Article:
October 1, 2018 report
New evidence suggests particles detected in Antarctica don't fit Standard Model
A team of researchers at Penn State University has found new evidence that suggests some particles detected in Antarctica do not fit the Standard Model. They have written a paper outlining their arguments and have posted it on the arXiv preprint server.
Prior research has shown that when low energy cosmic particles encounter the Earth, they are likely to pass right on through—high energy particles, on the other hand, are almost certain to run into something else, preventing them from passing through in one piece. Instead, they cause an avalanche of collisions, creating a shower of particles that eventually emerge on the other side of the planet. But what if a high-energy particle were to make it all the way through without creating a particle shower? That would mean there likely exists a particle that is not described by the Standard Model—and that is exactly what researchers studying particles detected over Antarctica are reporting.
To date, two odd particle events have been detected by a sensor attached to a high-altitude balloon hovering over Antarctica as part of a project called the Antarctic Impulsive Transient Antenna (ANITA)—the first detection was back in 2006, the second in 2014. Both indicated that a high-energy particle had somehow made its way through the planet without encountering anything. The first detection was attributed to equipment problems or some other unknown factor. The second caused more concern—but not enough for anyone to seriously consider challenging the Standard Model. In this new effort, the researchers report that they have found other evidence of the same type of particle, suggesting the two anomalies might truly represent unknown particles.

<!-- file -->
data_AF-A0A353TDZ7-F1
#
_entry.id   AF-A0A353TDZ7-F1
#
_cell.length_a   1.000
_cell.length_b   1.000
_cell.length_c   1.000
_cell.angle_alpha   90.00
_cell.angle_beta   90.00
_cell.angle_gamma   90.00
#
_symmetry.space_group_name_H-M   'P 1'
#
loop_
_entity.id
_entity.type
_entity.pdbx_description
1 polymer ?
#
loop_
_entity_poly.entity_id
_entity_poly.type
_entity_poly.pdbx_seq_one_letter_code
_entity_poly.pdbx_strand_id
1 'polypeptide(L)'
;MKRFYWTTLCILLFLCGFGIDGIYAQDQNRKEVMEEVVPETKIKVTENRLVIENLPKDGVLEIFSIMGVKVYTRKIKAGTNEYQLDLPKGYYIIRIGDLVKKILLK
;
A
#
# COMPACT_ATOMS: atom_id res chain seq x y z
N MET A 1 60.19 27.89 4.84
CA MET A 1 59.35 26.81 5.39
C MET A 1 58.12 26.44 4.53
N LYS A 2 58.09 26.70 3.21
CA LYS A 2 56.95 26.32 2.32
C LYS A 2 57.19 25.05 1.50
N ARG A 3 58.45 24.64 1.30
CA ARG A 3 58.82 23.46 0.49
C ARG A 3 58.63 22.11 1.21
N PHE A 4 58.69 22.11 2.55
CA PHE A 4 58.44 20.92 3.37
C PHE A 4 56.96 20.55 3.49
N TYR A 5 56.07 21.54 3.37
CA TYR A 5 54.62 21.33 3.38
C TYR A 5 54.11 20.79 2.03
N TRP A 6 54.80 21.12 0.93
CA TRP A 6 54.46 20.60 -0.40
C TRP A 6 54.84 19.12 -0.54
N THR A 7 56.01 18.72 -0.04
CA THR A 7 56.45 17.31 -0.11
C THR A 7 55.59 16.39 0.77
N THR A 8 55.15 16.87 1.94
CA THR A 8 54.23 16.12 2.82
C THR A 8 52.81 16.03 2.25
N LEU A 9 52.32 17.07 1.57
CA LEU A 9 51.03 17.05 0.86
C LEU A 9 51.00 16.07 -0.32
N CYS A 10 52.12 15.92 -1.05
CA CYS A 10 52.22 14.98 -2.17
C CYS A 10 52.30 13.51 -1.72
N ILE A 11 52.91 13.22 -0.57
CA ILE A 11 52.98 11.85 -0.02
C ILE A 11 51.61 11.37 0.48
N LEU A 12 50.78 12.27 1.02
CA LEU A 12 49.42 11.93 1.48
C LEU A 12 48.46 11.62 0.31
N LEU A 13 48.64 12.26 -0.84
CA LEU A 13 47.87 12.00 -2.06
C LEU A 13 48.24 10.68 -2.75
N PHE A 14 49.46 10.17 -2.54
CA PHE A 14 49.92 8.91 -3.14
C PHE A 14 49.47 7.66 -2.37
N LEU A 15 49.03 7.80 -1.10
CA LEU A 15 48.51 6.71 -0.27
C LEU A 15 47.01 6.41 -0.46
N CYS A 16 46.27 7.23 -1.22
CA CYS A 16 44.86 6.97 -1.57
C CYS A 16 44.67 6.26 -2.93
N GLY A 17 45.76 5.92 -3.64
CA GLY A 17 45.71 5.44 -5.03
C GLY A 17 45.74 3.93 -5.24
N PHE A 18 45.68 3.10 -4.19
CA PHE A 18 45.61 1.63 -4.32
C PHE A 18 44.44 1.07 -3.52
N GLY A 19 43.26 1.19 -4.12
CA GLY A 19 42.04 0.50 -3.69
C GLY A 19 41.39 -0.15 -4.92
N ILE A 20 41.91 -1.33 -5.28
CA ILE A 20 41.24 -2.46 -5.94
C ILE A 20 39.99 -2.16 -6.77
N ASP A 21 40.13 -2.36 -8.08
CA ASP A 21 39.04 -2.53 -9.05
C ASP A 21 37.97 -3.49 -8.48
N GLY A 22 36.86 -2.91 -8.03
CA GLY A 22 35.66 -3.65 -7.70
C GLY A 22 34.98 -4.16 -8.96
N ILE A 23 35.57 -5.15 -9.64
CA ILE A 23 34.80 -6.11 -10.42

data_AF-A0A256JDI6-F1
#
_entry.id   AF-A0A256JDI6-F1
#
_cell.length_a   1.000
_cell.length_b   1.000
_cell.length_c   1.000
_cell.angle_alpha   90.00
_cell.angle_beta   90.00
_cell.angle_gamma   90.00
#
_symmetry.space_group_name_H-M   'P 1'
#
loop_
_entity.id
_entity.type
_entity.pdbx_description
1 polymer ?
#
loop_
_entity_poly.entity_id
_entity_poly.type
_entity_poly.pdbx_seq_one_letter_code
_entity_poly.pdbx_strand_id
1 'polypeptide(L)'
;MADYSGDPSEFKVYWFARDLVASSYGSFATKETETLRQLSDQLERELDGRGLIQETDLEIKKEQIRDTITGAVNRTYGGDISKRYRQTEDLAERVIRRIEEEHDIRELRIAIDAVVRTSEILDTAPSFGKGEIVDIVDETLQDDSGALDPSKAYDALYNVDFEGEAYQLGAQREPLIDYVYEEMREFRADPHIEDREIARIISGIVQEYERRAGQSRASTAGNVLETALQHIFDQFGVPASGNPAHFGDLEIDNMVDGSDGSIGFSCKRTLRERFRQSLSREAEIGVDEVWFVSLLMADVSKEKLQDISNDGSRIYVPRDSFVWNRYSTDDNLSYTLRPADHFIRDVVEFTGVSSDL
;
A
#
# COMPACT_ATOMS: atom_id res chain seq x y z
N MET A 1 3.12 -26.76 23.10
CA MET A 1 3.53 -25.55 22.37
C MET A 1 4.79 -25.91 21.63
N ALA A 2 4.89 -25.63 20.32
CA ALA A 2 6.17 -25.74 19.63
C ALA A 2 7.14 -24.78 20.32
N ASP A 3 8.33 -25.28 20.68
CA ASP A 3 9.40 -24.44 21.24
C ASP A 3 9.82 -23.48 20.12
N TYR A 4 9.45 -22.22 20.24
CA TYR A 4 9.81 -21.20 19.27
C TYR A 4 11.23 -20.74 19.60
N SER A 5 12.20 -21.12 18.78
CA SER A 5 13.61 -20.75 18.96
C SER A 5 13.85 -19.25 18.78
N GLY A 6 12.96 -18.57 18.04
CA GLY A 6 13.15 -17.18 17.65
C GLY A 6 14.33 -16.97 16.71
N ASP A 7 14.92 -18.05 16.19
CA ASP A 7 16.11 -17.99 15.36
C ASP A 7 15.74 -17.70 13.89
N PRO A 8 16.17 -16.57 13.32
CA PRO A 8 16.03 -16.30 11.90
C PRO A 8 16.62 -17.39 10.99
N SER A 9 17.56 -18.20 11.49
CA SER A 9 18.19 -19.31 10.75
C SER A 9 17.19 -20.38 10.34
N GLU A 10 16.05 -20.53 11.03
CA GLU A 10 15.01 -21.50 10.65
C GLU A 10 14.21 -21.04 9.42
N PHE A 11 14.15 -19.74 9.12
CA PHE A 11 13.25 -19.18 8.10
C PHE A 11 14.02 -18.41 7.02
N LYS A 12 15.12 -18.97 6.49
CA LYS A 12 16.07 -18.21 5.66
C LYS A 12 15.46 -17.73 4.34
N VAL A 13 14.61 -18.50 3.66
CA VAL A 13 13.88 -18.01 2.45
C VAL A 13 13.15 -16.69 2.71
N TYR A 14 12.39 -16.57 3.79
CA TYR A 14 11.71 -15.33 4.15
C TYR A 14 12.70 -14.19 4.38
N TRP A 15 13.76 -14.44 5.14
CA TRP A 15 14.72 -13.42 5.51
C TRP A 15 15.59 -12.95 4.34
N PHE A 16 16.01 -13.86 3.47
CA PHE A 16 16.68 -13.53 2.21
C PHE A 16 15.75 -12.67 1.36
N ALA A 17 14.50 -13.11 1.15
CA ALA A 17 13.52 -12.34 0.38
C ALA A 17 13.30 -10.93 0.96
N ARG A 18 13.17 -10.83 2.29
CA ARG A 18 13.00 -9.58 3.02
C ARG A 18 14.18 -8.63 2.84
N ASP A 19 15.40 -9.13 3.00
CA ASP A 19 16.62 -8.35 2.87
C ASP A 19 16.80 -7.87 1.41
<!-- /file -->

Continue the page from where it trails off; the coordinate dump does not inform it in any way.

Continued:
The new evidence came in the form of sensor data from the IceCube experiment in which sensors buried in the Antarctic ice continually detect particle events. Data from the sensors showed that three events with unexplained properties had occurred. The researchers suggest the two unconnected sources of data indicate that it is time to start asking whether the anomalies hint at the possibility of particles beyond the Standard Model.
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